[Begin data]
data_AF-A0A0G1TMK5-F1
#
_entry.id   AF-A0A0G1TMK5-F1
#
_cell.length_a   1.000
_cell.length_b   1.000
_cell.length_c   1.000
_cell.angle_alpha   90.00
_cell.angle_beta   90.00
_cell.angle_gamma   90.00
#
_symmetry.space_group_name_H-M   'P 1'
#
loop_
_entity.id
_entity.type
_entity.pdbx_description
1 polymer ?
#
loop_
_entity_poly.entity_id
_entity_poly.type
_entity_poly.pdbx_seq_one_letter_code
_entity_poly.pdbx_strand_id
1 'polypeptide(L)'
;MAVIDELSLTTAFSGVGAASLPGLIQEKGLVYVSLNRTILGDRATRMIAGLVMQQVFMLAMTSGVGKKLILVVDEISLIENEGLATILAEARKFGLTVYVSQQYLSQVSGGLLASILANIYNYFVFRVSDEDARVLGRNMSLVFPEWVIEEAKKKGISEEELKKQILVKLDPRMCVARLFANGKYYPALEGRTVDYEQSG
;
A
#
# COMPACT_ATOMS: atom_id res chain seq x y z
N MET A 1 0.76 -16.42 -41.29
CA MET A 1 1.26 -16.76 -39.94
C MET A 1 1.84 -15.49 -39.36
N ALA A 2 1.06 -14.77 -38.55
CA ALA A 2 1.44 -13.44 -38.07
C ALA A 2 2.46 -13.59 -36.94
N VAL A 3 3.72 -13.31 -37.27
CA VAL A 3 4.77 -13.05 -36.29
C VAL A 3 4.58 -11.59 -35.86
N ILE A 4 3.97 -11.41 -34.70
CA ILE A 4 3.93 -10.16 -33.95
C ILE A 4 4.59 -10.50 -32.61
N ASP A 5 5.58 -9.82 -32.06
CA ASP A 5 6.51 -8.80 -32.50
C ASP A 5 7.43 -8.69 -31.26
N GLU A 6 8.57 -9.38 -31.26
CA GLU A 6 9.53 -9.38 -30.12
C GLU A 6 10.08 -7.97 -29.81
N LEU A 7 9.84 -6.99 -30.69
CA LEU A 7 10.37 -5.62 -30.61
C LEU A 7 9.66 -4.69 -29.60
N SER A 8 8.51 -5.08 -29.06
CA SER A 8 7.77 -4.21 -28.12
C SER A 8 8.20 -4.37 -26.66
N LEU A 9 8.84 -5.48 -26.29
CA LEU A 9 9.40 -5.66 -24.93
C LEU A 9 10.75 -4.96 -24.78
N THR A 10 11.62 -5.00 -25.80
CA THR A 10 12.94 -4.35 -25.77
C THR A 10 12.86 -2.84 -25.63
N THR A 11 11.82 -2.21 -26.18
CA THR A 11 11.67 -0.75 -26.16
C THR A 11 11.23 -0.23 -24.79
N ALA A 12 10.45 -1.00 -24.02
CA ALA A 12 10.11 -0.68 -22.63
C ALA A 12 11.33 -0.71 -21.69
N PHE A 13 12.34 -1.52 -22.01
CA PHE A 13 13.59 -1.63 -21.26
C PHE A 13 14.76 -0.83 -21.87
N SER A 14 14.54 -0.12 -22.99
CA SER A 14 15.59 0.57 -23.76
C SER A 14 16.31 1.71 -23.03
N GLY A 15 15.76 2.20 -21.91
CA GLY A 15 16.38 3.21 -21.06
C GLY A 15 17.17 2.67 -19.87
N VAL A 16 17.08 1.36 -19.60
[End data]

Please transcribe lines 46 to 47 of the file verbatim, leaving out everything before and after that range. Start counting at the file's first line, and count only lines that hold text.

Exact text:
N GLU A 6 8.57 -9.38 -31.26
CA GLU A 6 9.53 -9.38 -30.12